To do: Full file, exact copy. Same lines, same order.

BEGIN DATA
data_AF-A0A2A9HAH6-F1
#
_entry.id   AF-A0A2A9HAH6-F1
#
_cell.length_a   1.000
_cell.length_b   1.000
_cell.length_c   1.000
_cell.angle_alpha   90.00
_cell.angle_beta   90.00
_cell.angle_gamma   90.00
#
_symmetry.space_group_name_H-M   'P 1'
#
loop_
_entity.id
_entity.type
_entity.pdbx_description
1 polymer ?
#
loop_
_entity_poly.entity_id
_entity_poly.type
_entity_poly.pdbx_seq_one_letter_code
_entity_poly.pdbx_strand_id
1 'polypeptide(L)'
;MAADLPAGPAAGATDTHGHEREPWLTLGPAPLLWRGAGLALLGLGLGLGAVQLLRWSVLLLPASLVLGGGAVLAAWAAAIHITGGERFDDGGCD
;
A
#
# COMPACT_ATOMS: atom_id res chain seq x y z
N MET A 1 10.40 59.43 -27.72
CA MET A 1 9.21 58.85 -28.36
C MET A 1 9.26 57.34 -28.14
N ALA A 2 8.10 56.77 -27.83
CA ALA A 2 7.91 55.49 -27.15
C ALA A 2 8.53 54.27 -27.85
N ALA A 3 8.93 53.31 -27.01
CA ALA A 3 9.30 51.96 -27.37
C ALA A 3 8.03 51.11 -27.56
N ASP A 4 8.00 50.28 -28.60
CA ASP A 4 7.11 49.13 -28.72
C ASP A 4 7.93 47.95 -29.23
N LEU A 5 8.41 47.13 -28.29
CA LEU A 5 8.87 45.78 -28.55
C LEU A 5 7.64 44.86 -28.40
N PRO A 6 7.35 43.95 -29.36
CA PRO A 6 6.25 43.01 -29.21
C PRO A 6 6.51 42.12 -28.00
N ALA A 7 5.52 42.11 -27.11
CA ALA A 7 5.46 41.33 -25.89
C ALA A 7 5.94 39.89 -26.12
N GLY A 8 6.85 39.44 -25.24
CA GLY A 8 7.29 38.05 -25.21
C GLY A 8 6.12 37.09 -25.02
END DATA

data_AF-A0A2A9HAH6-F1
#
_entry.id   AF-A0A2A9HAH6-F1
#
_cell.length_a   1.000
_cell.length_b   1.000
_cell.length_c   1.000
_cell.angle_alpha   90.00
_cell.angle_beta   90.00
_cell.angle_gamma   90.00
#
_symmetry.space_group_name_H-M   'P 1'
#
loop_
_entity.id
_entity.type
_entity.pdbx_description
1 polymer ?
#
loop_
_entity_poly.entity_id
_entity_poly.type
_entity_poly.pdbx_seq_one_letter_code
_entity_poly.pdbx_strand_id
1 'polypeptide(L)'
;MAADLPAGPAAGATDTHGHEREPWLTLGPAPLLWRGAGLALLGLGLGLGAVQLLRWSVLLLPASLVLGGGAVLAAWAAAIHITGGERFDDGGCD
;
A
#
# COMPACT_ATOMS: atom_id res chain seq x y z
N MET A 1 10.40 59.43 -27.72
CA MET A 1 9.21 58.85 -28.36
C MET A 1 9.26 57.34 -28.14
N ALA A 2 8.10 56.77 -27.83
CA ALA A 2 7.91 55.49 -27.15
C ALA A 2 8.53 54.27 -27.85
N ALA A 3 8.93 53.31 -27.01
CA ALA A 3 9.30 51.96 -27.37
C ALA A 3 8.03 51.11 -27.56
N ASP A 4 8.00 50.28 -28.60
CA ASP A 4 7.11 49.13 -28.72
C ASP A 4 7.93 47.95 -29.23
N LEU A 5 8.41 47.13 -28.29
CA LEU A 5 8.87 45.78 -28.55
C LEU A 5 7.64 44.86 -28.40
N PRO A 6 7.35 43.95 -29.36
CA PRO A 6 6.25 43.01 -29.21
C PRO A 6 6.51 42.12 -28.00
N ALA A 7 5.52 42.11 -27.11
CA ALA A 7 5.46 41.33 -25.89
C ALA A 7 5.94 39.89 -26.12
N GLY A 8 6.85 39.44 -25.24
CA GLY A 8 7.29 38.05 -25.21
C GLY A 8 6.12 37.09 -25.02